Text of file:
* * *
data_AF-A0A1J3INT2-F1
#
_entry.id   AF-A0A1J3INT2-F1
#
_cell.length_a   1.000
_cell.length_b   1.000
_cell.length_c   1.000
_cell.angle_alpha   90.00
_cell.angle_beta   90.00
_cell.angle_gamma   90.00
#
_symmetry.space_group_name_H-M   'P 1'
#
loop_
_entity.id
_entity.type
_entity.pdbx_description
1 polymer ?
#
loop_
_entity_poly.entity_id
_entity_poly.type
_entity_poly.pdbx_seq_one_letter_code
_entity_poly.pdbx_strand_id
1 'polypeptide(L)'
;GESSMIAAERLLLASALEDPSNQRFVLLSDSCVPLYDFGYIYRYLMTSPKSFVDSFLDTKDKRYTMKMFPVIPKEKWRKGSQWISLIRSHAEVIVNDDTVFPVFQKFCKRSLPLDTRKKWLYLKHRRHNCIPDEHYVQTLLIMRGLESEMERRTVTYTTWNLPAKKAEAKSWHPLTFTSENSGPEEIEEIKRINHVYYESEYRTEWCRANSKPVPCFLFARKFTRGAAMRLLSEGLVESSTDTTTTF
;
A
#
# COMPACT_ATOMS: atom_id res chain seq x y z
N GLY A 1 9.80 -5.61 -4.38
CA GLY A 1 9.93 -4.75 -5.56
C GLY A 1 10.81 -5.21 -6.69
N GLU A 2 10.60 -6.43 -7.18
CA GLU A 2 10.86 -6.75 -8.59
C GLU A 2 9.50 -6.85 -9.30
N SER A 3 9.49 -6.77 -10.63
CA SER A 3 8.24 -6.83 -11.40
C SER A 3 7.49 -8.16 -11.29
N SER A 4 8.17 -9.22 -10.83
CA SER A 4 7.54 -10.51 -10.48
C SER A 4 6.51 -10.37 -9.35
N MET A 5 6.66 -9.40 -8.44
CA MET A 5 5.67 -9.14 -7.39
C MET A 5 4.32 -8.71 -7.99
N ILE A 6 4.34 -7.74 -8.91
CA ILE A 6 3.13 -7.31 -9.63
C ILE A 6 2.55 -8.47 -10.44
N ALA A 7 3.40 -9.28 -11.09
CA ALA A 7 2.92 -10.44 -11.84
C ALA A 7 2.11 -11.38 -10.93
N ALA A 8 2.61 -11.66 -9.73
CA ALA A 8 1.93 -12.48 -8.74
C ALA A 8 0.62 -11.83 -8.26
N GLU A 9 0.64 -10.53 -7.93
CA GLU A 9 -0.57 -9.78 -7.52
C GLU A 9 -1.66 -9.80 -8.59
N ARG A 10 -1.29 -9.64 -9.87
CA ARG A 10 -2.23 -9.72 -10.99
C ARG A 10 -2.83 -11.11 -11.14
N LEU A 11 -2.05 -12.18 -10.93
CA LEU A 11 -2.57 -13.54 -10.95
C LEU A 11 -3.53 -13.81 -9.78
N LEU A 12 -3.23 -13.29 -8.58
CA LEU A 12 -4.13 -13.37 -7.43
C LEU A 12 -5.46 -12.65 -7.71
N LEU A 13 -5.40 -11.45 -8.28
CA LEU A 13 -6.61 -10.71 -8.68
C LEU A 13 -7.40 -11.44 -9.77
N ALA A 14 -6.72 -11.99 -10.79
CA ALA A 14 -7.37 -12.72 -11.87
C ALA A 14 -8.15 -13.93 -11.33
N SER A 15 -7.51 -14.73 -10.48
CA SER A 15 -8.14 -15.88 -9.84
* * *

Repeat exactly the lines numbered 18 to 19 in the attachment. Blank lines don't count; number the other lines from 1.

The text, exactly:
1 polymer ?
#